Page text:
Gave my 5 1/2" Redhawk .44Mag to the little nephew a couple years ago because it had stopped being fun with full-house loads. Wish I'd done more research on hunting loads in .44Spl, it would have been easier to shoot and the critters probably wouldn't know the difference; but he's happy with it, and with two different .45 Colt revawvers, I ain't really suffering.
Before I gave him the gun, just a couple of cylinders of heavy loads would make my hand ache for a couple of days. I think it's just old age, Arthur isn't an issue yet--but I can tell he's coming. In the FWIW column, I came up with a Pachmayr Presentation grip for the S&W .45, fills the hand more than the Gripper style I had on it. Expecting it to be more controllable and a little softer feeling on recoil. Makes it hob to carry concealed, but that's not its purpose anyway. Ace

Give me $1 every time a Liberal lies, I'll give you $5 every time one tells the truth; I'll end up a wealthy man, you'll end up broke.
If pro-gunners are as murderous as anti-gunners claim, why are there so many anti-gunners still running their mouths?
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Frogfoot
Senior Member

USA
931 Posts

Posted - May 29 2018 :  01:47:00 AM  Show Profile  Reply with Quote
Maybe a 1911 style pistol in .22 TCM might work? Light recoil, fast shot recovery times, high capacity and relatively cheap ammunition prices on the plus side, but only one load on the minus side. With the 9R version of this round, you can get a conversion kit for your Glock 17 or 22. It's too bad there's not a smaller, more affordable pistol in 5.7x28 though.

We make a living by what we get, we make a life by what we give. - Sir Winston Churchill
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jle3030
Advanced Member

USA
5807 Posts

Posted - May 29 2018 :  08:26:32 AM  Show Profile  Reply with Quote
I'm surprised that elastic support gloves weren't mentioned. I've found the fingerless or open finger tip gloves help a lot; mainly as needed for all round wear, but especially when the hands are working hard, e.g. shooting. It takes some experimentation to find the right gloves for the job. I've ended up with four levels. You can find the first two at any well stocked pharmacy.

Futuro tan fingerless wrist/hand support. Works well with virtually no compomise in manual dexterity. (No padding). They're the most comfortable, but not very durable and theyre bad for showing dirt and stain. They look pretty nasty after a shooting session, but gun manipulation is virtually unimpeded.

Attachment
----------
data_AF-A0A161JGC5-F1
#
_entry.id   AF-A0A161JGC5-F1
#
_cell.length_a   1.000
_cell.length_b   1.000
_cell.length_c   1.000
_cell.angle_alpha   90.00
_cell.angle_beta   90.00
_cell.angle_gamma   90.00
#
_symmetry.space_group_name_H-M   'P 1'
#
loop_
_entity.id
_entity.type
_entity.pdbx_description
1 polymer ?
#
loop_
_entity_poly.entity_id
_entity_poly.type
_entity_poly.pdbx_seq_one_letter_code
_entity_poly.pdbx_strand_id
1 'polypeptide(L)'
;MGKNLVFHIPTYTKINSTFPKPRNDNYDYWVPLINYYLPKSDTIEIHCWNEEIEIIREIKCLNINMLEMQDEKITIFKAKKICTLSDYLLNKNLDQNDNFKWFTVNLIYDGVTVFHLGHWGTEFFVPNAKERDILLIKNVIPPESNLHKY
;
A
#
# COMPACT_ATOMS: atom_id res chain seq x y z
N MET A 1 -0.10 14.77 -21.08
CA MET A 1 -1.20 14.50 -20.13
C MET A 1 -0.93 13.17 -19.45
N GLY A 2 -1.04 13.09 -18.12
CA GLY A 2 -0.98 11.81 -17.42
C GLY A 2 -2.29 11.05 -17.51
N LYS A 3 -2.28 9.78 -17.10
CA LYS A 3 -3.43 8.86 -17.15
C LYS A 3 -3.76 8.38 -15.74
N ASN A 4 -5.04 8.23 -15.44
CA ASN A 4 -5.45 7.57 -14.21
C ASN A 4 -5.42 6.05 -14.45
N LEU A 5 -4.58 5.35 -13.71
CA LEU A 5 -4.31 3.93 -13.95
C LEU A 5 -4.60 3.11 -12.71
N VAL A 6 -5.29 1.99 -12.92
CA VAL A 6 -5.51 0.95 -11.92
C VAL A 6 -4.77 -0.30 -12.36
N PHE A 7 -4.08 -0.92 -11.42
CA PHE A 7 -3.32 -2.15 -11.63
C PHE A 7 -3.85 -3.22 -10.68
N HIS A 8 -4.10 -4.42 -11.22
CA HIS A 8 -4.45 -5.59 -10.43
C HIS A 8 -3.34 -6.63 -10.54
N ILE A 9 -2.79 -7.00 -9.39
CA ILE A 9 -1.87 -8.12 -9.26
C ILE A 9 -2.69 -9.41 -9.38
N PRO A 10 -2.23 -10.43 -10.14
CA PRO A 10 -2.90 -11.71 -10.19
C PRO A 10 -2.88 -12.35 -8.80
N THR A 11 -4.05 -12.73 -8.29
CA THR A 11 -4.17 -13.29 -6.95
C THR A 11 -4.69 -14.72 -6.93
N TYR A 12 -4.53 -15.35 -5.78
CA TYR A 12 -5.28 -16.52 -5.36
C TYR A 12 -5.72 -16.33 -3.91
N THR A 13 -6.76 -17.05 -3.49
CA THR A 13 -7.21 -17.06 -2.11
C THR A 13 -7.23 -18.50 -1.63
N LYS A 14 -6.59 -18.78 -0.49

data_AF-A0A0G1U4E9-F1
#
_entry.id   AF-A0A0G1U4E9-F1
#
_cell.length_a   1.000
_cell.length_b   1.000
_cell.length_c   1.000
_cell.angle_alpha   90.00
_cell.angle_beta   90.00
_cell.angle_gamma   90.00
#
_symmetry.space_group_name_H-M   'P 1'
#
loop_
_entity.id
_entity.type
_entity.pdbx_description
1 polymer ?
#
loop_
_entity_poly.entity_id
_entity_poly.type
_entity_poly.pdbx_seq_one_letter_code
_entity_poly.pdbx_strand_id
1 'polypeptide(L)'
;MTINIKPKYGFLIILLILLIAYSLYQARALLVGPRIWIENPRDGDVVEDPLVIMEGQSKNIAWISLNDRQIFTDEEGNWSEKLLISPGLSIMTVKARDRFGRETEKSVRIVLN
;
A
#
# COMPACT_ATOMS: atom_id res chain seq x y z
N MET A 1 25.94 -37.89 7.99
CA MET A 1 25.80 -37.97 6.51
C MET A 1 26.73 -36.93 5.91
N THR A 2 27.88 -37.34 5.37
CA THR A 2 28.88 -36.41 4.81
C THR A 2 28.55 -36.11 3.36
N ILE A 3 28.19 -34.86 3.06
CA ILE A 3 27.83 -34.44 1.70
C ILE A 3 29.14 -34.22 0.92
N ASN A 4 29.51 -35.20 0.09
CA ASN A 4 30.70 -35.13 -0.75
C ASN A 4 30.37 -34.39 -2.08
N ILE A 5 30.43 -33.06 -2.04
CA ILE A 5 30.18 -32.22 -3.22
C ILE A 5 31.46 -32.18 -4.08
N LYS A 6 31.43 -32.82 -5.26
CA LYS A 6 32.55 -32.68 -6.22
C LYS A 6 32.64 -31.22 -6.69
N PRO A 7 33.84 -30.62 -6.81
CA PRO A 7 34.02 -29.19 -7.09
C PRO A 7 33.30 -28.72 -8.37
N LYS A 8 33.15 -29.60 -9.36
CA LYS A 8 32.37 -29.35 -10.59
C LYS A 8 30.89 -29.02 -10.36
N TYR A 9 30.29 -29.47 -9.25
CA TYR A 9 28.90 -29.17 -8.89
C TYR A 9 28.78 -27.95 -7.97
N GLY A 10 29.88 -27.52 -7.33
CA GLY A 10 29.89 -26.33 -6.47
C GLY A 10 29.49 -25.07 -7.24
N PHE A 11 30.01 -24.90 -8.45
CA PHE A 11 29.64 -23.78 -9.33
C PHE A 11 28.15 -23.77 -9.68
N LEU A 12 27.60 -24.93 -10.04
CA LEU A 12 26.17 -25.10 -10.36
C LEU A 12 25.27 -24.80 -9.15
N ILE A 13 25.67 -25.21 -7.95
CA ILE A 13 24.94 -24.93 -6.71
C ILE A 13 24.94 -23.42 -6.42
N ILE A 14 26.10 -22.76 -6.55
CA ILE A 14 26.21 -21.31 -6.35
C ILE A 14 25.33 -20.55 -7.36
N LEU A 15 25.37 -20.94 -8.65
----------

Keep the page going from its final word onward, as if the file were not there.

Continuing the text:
Futuro black thunb support. Better support for the thumbs, where I have most of my problems. No help for the other finger joints. Priced about like their lightweight tan gloves, IIRC. Heavier weight, more support, durable, and doesn't show the dirt. "OK" for gun manipulation. YMMV on that.

Work, mechanic's, bike, etc. gloves. Better support. Various degrees of padding and texture help grip, reduce recoil, but reduce dexterity. Support is welcome for reloading stiff magazines, but handling individual rounds is harder. My pair ("Grease Monkeys") was $9.95 at Home Depot. Some break in required.

Uncle Mike's shooting gloves. Great support. Lots of padding = too much of a good thing, IMHO, unless shooting something like Scandium .357 snubs. Dexterity and grip on the gun both suffer. I find it very difficult to shoot one handed with these.

Elbow problems? Never had any until I was taught to shoot "locked out isosceles" style. I shot better, but the elbows soon started hurting. Athletic support sleeves help a lot. That and not quite locking the elbows when shooting heavy calibers or a lot of rounds. Way better now. I think elbow positioning is a neglected subject and not well understood by many shooters.

Wrist? No problems there so far, but there is no shortage of support items for that complex joint. Arthritis support gloves tend to have wrist wrap support as well

Hope this helps. I think most of us have some sort of problems as age sets in.

Jeff

jle3030
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gw
Advanced Member

4794 Posts

Posted - May 29 2018 :  09:41:07 AM  Show Profile  Reply with Quote
shooting gloves, a great idea, recoil shield for the shoulder guns too

you wouldn't train without hearing protection, protective gear is protective gear.

based on the concept of what you do today you pay for tomorrow, consider limiting the number of rounds per session

a few rounds spread over more frequent sessions seems to let the joints recover more quickly

if you think on it, when you pound hands and elbows in a long heavy training session, you have weakened yourself for a few days, hopefully nothing happens during that long recovery period.

a good .22lr trainer will pay for itself in ammo cost and reduce permanent joint damage.

the operating phrase is permanent joint damage.....

"Those who hammer their guns into plows will plow for those who do not..."
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ironhead7544
New Member

USA
57 Posts

Posted - May 29 2018 :  10:13:25 AM  Show Profile  Reply with Quote
I have found that the Pachmayr Diamond grips work well to reduce recoil of revolvers.
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Chris Christian
Advanced Member

USA
3870 Posts

Posted - May 29 2018 :  11:00:44 AM  Show Profile  Reply with Quote
Just a thought on practice/training... IMHO (based upon 46 years of competitive shooting,coaching and instructing)..... Brief training sessions (50 rounds or so) are more productive than 150+ round sessions. They key is to work on specific drills where you focus on specific skill sets....some examples would be:...
Double taps from carry holster 3 to 10 yards (two hands and strong hand)...3 round Failure Drill... precision head shots 10-15 yards... weak hand shooting from low ready.... and other practical self-defense drills.